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Senior Madison Moore received an out­pouring of love from the campus com­munity after her accident. Madison Moore | Courtesy

When Madison Moore decided to rest in her harness while climbing the rock wall after dinner on March 15, she could not have known she was seconds away from a life-changing accident. There was no reason to suspect any­thing was wrong. Moore had climbed the wall once a week all semester to build upper body strength. She never had any issues.

So she rested.

Climbers are held in the air by a pulley system. The climber wears a harness, which is con­nected via a cara­biner to a rope. The rope runs over the pulley and con­nects the climber to a person on the ground, known as a belayer. The weight of the belayer keeps the climber sus­pended in the air. This ensures that if a climber loses his or her grip on the wall or wants to rest, the climber cannot fall rapidly.  

That is how the system is sup­posed to work.

While Moore was resting her arms, she was dependent on the pulley to keep her up. As she relaxed her grip on the wall, the safety knot slipped, dropping Moore. She grasped for the escaping rope, but it shot to the ceiling.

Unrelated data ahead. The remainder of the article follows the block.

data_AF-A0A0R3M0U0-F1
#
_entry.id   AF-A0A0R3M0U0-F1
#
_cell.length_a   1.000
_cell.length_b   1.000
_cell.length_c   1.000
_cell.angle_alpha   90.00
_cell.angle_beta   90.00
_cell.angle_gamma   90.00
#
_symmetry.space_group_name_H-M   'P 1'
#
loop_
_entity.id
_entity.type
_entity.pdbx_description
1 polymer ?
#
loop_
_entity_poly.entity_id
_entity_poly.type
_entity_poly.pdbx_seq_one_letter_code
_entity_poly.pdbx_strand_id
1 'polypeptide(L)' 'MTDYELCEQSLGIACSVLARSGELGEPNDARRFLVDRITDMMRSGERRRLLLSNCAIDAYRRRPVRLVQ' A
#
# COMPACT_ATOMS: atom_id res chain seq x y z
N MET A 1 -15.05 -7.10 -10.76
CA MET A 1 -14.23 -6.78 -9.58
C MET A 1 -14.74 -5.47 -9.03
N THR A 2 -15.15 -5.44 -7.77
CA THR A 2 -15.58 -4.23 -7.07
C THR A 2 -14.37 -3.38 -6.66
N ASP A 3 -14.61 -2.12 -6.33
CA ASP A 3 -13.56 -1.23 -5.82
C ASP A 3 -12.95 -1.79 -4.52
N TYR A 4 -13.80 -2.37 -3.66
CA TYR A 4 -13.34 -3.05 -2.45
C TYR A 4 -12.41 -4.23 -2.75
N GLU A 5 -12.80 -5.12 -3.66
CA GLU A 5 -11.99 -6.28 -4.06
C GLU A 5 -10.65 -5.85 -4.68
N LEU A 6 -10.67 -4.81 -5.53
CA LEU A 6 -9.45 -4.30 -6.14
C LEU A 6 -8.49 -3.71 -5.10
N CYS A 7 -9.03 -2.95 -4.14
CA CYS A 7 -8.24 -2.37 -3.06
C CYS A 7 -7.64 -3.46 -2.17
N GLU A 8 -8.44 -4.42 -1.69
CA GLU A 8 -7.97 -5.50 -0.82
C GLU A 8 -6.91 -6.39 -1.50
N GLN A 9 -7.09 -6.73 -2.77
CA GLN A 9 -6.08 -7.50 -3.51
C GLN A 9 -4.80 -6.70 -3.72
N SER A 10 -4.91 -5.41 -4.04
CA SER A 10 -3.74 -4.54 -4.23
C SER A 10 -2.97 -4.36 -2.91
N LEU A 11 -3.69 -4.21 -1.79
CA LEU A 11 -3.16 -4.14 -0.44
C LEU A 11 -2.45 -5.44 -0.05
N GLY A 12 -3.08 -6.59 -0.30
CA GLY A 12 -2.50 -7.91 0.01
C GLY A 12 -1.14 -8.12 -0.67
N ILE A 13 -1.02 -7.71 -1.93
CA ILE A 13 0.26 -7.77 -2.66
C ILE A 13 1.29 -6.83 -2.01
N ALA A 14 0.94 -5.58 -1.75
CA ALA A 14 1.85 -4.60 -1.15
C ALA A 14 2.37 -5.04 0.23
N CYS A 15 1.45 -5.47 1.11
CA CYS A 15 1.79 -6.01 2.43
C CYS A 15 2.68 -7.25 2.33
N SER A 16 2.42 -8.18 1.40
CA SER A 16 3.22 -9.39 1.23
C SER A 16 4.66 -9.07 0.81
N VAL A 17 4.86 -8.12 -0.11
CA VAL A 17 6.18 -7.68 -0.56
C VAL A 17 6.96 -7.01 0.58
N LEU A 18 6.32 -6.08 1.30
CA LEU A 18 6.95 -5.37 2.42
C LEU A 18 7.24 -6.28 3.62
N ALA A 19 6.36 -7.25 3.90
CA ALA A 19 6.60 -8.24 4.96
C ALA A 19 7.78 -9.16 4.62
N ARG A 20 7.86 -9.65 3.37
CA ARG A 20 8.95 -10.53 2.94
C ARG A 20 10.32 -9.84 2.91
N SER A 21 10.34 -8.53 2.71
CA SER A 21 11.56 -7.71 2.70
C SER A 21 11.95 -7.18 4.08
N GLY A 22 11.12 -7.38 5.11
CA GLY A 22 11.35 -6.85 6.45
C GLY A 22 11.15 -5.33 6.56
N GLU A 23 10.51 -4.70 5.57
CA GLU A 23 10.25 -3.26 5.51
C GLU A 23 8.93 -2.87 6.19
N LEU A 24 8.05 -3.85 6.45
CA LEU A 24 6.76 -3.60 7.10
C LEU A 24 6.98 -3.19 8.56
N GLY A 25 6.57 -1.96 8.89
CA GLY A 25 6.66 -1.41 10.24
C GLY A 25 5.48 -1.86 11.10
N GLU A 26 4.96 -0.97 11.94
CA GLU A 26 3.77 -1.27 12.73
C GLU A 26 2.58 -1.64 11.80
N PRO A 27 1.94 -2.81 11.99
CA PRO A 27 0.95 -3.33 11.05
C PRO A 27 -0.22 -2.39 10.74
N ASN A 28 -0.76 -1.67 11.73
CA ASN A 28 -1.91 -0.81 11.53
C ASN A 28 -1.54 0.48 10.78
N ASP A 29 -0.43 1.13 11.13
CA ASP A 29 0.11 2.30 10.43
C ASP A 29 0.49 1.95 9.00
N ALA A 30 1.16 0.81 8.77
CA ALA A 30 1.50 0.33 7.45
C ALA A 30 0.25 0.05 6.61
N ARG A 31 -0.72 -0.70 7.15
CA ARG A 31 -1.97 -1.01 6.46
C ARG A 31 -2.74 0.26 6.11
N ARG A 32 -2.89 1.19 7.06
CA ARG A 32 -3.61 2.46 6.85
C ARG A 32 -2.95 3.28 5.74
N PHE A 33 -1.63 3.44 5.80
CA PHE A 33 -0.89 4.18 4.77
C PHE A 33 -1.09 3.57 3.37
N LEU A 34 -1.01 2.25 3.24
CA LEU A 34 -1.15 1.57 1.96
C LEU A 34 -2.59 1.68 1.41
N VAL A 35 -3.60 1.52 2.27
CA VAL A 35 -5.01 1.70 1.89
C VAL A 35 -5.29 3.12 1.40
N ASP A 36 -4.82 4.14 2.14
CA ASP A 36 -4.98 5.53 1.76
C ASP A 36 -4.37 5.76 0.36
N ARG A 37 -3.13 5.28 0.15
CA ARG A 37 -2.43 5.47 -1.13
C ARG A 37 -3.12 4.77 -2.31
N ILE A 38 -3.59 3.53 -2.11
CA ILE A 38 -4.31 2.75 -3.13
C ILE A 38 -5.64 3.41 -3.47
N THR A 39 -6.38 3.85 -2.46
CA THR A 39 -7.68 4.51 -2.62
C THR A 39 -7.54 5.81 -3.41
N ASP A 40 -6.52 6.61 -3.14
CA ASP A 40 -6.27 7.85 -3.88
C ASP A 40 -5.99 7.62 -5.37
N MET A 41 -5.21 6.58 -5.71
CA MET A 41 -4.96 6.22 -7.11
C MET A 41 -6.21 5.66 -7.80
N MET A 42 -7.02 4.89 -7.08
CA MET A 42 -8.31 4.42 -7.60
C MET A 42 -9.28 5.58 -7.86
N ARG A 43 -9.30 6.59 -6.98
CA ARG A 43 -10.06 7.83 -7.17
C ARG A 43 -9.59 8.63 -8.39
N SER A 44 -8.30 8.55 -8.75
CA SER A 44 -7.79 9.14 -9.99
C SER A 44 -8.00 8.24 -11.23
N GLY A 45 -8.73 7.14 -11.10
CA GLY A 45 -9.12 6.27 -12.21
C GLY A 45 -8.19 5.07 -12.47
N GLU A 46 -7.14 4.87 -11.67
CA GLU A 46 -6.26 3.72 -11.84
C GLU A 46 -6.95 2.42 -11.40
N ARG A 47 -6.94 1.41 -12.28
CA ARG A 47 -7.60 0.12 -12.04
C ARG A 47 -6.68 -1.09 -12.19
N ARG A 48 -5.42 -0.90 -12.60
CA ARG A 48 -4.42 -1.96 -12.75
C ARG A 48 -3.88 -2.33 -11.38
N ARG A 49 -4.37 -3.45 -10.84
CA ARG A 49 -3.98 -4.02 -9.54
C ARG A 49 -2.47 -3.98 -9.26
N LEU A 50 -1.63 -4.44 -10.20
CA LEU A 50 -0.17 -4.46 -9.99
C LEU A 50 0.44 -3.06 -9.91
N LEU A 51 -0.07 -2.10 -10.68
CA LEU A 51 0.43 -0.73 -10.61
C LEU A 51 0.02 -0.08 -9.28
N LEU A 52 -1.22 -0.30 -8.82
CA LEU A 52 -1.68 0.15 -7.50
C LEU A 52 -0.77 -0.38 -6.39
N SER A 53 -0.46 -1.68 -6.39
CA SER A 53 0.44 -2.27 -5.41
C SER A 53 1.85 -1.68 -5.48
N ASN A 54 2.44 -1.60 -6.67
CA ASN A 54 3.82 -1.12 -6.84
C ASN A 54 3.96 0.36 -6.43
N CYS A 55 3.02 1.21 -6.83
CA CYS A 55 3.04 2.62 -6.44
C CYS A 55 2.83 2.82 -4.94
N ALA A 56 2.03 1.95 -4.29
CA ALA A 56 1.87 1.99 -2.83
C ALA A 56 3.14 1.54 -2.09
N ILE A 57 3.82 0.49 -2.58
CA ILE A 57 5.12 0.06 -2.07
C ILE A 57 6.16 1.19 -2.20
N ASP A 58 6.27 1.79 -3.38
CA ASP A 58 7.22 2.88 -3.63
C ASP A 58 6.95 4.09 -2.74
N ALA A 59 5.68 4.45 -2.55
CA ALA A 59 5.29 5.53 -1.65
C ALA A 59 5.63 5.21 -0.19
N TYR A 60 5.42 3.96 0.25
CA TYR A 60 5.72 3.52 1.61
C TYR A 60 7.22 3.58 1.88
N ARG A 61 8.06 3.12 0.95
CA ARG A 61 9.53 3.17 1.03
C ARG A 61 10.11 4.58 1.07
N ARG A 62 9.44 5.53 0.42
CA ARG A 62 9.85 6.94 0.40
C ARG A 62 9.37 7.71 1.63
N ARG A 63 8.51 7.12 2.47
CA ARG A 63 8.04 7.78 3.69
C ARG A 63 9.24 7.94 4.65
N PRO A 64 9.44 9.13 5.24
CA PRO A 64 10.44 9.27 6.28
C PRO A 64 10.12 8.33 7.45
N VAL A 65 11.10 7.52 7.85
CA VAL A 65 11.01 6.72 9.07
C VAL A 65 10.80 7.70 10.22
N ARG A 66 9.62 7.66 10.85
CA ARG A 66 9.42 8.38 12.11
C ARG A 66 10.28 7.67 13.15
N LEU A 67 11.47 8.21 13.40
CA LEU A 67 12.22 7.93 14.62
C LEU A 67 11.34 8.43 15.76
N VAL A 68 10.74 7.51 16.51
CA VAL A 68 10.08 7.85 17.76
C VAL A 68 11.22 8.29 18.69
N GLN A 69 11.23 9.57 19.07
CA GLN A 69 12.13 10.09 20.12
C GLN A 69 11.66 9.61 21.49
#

She fell.

When she landed 20 feet below, Moore frac­tured both her right femur and humerus. The femur injury occurred upon impact with the floor, but the doctors at Cold­water Regional Hos­pital spec­u­lated that the force of Moore’s head striking her upper arm frac­tured her humerus.

“I just saw a flash of white,” Moore said. “I could see that my leg was not lined up when I looked down at my leg, so I knew my femur was broken.”

An ambu­lance took Moore to Hillsdale Hos­pital, where she was taken to the emer­gency room. Rebekah Dell, the asso­ciate dean of women, went to the hos­pital and waited in the emer­gency room with Moore until she was trans­ferred to Cold­water Regional Hos­pital.

“As with any student, any time I know they are injured and hurting, it is like they are a sibling of mine,” Dell said. “You guys are more than just stu­dents to us, you are people that we care about as human beings.”

Moore would remain in Cold­water Regional Hos­pital for the next six days while sur­geons placed titanium rods and screws in her leg and arm to sta­bilize and support her bones as they heal.